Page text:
starring Josesph Gordon-Levitt, Emily Blunt, & Bruce Willis
written & directed by Rian Johnson
TriStar Pictures (2012)
Time travel can be a pain in the ass if you think about it too much. Some folks can't even follow The Terminator, which isn't exactly what I'd call a complicated movie. So, it kind of makes sense that when Joel (Gordon-Levitt) sits down with his older self (Willis) in a diner and starts talking about the ins-and-outs of time travel, his older self tells him to shut up. Why spoil a good movie with a bunch of gobbledy gook about temporal shifts and paradoxes? Time travel is a thing. Just go with it.
It's the mid-21st century and Joel is a looper, a hitman who kills people sent back in time by crime bosses in the future. Some fella giving you a headache? No problem. Just shackle him, throw a bag over his head, strap some silver to his back, and zap him back in time thirty years where Joel is armed and waiting in the middle of a cornfield. It's nice work if you can get it, but there's a catch: every looper eventually kills their older self. They never see who they're killing until the deed is done--bag over the head, remember?--so the only giveaway at first glance is that the bars strapped to the target are gold instead of silver. Kind of like getting your gold watch for retirement. Enjoy it, kiddo, because you've got thirty years to live it up before those crime bosses round you up and zap you back in time so your younger self can finish you off. That's why these hitmen are called loopers, by the way: when they kill their older selves, they've basically closed the loop on their lives.
With me so far? Good. Because this whole operation has a big wrench thrown in its gears when Joel comes face to face with his older self, who is unshackled, unmasked, and ready to fight for his life. There's a new crime boss in the future called the Rainmaker closing everyone's loops and Old Joel wants revenge. But as Young Joel chases him down, while at the same time trying to keep from getting killed by his fellow loopers who think he's gone soft, he finds out there's more to Old Joel's plan than he's letting on and his pursuit leads him to a farmhouse and a young mother who may or may not be raising Old Joel's nemesis.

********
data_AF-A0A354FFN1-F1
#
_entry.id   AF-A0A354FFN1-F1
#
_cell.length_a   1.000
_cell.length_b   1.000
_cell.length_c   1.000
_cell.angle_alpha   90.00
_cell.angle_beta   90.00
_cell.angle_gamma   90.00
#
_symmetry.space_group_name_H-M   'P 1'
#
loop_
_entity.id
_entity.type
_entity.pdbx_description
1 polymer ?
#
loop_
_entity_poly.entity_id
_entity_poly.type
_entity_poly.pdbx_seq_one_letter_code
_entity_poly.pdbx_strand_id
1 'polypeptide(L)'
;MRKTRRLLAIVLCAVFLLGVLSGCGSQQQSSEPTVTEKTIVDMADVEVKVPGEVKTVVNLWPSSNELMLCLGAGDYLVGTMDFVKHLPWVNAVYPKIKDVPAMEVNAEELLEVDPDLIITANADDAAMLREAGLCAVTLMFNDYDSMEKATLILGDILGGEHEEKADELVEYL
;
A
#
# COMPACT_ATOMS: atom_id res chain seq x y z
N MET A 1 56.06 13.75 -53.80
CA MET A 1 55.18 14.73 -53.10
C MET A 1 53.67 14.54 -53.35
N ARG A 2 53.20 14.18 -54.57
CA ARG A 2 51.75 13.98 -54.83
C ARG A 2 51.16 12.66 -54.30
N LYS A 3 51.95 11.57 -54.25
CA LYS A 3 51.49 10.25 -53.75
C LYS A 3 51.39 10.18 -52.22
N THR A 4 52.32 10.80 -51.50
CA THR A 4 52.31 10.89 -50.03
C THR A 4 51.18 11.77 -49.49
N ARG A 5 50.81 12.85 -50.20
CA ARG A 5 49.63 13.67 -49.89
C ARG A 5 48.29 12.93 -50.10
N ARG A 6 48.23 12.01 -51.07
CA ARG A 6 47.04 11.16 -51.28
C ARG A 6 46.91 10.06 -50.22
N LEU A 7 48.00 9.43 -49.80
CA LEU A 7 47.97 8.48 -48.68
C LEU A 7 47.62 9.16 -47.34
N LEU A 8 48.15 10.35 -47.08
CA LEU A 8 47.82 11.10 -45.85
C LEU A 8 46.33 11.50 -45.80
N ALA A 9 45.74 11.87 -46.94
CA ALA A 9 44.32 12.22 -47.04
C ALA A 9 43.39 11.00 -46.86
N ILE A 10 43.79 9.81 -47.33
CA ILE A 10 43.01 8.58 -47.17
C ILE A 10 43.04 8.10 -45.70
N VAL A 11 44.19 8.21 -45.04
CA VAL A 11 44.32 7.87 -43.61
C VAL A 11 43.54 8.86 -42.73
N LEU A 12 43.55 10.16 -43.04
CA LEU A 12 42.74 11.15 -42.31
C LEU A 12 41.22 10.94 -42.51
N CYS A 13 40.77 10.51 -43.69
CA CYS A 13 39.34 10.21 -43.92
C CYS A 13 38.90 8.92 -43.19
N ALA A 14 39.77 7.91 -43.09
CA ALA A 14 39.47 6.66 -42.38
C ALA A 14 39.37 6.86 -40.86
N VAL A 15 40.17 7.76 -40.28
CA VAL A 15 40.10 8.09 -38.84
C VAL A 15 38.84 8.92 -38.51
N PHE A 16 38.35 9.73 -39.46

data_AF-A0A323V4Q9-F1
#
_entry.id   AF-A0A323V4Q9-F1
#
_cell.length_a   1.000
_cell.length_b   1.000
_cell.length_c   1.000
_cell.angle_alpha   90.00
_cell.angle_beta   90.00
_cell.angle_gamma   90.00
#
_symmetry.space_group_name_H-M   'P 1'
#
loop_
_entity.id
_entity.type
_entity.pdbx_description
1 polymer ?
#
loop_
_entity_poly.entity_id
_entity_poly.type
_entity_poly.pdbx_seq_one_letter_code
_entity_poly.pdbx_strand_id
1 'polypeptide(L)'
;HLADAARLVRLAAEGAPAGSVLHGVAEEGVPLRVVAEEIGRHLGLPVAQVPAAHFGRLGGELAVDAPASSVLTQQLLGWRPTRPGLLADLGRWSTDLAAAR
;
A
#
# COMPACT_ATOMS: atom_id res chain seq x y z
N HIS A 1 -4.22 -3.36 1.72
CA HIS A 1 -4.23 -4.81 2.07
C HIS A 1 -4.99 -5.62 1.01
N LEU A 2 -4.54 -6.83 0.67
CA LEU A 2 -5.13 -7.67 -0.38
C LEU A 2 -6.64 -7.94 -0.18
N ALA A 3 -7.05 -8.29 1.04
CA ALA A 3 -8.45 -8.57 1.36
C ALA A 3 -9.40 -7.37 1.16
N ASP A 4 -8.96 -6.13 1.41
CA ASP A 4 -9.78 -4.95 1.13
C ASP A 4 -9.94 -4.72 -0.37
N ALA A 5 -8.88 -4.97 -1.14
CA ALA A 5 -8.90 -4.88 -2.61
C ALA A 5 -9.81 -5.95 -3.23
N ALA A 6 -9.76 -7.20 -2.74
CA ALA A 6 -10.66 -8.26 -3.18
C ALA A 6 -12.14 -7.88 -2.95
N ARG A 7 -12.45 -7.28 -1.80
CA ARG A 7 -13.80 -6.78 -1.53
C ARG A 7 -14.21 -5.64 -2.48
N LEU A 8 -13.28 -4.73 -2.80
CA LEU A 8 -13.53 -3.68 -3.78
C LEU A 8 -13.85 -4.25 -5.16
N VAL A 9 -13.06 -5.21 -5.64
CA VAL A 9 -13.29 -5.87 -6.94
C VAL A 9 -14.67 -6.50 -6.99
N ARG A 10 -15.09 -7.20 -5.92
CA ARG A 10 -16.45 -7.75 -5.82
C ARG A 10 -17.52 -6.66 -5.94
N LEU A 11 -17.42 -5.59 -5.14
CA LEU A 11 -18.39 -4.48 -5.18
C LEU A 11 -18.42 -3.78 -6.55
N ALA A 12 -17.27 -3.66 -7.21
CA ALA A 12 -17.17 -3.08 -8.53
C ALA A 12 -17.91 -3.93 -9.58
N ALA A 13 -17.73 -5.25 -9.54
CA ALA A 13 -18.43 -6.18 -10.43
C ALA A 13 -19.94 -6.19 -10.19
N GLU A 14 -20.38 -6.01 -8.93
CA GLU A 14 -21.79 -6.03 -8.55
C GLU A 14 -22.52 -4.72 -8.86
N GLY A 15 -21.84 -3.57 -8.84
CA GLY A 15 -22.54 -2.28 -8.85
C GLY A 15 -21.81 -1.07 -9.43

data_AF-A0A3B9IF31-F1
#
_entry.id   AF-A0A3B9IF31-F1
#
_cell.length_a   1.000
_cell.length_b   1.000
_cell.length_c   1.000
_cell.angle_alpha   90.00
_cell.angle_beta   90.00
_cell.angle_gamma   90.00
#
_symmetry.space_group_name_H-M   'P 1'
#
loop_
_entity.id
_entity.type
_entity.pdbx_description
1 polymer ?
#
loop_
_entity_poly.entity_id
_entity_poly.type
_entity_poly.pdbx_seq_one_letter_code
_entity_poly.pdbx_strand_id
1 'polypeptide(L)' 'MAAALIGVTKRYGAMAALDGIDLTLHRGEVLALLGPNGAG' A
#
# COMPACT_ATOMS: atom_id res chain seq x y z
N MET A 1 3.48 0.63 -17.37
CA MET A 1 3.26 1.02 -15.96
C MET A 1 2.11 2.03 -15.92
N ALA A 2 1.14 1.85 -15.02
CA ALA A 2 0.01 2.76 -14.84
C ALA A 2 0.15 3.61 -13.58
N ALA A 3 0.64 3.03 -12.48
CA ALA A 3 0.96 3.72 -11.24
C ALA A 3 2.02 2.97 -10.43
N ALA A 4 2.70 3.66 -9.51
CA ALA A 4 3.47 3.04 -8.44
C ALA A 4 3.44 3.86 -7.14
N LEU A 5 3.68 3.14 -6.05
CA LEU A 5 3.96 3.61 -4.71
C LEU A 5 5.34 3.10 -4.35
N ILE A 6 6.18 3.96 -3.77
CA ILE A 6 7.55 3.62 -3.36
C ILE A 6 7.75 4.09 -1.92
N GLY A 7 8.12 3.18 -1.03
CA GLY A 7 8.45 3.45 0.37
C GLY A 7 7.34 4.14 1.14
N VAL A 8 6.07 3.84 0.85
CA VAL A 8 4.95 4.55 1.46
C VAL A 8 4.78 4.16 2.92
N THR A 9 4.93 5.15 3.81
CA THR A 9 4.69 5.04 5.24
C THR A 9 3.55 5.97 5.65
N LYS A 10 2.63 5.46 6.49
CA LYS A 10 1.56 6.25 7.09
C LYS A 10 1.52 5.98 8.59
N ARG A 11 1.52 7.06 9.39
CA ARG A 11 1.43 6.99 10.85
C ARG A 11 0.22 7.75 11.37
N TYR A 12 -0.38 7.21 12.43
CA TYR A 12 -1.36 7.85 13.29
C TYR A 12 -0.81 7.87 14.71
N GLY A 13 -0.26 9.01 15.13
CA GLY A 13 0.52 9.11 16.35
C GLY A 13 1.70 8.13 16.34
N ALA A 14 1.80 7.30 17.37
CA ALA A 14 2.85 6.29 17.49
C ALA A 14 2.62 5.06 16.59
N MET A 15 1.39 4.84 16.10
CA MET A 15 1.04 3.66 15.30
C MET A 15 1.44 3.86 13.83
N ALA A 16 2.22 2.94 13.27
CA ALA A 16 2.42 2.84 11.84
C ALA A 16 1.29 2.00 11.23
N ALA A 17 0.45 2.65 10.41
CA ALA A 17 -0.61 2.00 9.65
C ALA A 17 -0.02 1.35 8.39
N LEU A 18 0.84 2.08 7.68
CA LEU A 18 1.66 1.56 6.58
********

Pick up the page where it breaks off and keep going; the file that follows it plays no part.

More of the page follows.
I imagine the house of cards that is the time-travel aspect of this movie could fall apart if I really sat down to mull it over, but there's no point, because the performances and action are all so captivating that I was sucked in from the get-go. I think it's kind of funny that Joseph Gordon-Levitt basically adopted Bruce Willis's mannerisms in his performance, since it was pretty unlikely Willis was going to be the one to push the envelop. The world is near-future, but not Bladerunner-ish with any heavily stylized backdrops or costumes. There is some telekinesis (one in ten are in this world), a hover-bike or two (I want one), but other than that it's a pretty ordinary world, which helps ground the story.
Things get a little crazy towards the end, but the pacing is done really well, gradually ramping it up from a noir-ish mystery to an all-out run and gun action film. I loved it, and I'm apparently not alone, since the movie has a very strong rating on Rotten Tomatoes. It's crime fiction mixed with sci-fi here and there, and that's a magical combination for a guy like me, and I'm really glad to see it handled so well. And if your tastes are like mine, I doubt you'll be disappointed by this movie either.